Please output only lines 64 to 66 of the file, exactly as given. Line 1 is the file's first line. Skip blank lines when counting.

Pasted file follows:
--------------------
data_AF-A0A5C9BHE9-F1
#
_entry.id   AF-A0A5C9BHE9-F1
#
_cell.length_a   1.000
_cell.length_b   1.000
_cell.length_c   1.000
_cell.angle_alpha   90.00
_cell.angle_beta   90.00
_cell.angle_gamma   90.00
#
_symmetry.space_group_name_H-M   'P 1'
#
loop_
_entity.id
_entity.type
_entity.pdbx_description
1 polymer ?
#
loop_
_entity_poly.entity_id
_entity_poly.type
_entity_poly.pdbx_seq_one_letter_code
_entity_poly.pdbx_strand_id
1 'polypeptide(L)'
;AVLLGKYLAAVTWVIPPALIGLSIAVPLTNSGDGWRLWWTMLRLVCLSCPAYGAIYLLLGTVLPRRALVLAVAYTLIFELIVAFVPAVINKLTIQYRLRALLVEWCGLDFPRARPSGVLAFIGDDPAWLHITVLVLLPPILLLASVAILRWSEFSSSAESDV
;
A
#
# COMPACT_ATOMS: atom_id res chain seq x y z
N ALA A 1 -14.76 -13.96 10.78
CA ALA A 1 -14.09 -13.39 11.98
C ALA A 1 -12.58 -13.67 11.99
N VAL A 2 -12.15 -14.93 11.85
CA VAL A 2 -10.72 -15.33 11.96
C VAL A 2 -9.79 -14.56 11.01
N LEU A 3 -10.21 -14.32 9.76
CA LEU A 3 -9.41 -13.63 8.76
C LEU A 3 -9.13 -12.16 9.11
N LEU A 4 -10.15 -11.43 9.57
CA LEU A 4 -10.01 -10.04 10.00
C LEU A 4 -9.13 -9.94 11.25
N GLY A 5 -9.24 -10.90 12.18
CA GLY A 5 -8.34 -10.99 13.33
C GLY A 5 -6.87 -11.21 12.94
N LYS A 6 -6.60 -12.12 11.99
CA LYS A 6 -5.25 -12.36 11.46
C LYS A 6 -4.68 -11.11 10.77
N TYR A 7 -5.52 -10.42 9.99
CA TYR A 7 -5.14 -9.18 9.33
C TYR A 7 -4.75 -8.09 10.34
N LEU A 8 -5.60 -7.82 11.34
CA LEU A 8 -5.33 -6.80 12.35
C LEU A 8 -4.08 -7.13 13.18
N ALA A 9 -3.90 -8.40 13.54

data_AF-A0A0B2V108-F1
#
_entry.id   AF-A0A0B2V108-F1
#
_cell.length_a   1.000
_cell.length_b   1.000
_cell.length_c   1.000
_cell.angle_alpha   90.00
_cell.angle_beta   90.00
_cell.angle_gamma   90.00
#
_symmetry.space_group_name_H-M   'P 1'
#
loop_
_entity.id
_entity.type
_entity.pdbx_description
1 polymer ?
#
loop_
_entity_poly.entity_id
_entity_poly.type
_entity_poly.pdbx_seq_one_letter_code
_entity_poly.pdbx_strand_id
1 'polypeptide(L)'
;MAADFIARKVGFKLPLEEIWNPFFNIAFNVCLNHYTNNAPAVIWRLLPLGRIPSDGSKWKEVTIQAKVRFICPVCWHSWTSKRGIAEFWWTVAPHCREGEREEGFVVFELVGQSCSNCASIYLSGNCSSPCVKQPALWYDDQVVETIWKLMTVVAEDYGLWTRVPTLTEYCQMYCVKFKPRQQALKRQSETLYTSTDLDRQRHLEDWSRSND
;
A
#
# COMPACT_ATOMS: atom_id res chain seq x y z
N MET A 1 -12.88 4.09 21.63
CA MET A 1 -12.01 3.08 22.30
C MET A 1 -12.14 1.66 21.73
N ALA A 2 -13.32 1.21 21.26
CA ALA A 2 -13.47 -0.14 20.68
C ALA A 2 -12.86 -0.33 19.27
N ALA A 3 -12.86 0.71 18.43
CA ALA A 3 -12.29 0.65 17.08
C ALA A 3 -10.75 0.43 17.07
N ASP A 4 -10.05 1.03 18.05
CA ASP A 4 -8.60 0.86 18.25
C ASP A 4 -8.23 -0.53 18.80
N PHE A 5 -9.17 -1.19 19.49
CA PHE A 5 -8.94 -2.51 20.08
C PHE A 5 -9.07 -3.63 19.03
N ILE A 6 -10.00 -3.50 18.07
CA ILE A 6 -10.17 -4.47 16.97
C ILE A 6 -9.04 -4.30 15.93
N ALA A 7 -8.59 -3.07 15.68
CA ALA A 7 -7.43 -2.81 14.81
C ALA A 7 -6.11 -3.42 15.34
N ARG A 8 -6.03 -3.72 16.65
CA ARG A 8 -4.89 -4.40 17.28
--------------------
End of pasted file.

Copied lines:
_cell.angle_beta   90.00
_cell.angle_gamma   90.00
#